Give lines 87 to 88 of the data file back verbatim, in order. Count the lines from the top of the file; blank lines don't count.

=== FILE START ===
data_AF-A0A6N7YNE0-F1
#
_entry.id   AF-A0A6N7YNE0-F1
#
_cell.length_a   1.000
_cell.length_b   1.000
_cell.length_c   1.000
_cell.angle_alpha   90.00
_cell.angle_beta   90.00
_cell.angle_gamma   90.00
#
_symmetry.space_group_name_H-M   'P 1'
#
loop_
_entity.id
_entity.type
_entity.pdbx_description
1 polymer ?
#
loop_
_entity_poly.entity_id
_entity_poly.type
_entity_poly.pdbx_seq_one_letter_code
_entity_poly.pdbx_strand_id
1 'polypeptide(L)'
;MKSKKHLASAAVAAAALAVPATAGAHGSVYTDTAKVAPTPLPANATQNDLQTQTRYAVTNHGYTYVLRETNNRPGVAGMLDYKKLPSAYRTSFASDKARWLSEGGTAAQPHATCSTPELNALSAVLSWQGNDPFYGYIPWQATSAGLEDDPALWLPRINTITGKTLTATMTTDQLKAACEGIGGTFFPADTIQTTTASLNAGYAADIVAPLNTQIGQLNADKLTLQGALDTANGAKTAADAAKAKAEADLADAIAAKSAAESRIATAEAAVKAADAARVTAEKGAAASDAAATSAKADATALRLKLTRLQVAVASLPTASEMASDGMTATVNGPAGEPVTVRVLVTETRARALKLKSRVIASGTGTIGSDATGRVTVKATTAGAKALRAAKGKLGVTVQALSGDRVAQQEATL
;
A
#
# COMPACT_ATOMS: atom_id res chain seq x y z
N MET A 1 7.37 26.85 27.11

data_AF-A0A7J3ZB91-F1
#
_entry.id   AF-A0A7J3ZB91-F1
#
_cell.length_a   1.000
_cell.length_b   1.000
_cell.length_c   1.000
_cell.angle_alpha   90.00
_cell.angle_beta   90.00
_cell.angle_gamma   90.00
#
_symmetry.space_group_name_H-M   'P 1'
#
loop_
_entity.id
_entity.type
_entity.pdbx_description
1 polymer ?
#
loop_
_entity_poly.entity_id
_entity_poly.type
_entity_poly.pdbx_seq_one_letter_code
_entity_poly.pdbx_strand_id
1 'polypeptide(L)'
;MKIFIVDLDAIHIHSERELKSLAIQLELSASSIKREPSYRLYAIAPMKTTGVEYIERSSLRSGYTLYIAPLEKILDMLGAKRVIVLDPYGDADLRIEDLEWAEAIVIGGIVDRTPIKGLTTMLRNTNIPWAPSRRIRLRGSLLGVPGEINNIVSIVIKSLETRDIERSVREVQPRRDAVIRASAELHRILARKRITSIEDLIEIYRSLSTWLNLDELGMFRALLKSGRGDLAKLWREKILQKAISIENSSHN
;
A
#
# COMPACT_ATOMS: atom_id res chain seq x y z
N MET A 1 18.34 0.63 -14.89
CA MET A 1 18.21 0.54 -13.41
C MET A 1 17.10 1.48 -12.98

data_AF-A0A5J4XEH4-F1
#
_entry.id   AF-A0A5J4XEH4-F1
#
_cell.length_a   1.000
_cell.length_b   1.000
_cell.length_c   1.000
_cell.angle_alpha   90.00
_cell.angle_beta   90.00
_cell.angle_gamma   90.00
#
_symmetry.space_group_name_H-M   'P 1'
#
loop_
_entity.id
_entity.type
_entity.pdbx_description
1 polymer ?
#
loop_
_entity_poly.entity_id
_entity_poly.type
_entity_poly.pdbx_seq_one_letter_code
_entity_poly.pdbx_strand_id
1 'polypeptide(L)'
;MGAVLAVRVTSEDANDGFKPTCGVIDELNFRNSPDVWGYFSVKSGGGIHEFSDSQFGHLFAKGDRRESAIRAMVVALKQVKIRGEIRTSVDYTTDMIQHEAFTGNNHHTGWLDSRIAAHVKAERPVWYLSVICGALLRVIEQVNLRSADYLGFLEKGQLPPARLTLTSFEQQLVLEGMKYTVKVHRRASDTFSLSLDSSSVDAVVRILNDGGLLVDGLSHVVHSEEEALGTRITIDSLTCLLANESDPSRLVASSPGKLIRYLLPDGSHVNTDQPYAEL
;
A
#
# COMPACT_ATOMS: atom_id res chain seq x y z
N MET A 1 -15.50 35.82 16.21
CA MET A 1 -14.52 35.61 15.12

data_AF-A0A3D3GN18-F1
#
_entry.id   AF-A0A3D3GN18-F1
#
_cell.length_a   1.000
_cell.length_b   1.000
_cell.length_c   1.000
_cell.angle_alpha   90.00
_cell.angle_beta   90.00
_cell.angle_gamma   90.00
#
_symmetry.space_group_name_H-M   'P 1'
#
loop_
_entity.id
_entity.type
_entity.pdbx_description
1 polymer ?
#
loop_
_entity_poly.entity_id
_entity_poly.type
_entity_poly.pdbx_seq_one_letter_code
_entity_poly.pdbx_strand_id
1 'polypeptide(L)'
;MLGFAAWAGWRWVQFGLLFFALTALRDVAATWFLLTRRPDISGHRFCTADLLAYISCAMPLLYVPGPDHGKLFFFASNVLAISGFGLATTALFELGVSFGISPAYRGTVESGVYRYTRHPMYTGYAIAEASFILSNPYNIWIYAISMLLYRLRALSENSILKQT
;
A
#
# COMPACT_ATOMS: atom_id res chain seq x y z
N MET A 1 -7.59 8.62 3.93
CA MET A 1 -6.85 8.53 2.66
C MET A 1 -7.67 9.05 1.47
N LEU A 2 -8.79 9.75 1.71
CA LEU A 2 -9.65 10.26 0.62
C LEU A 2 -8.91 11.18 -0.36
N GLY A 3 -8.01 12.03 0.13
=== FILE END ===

_entity_poly.pdbx_seq_one_letter_code
_entity_poly.pdbx_strand_id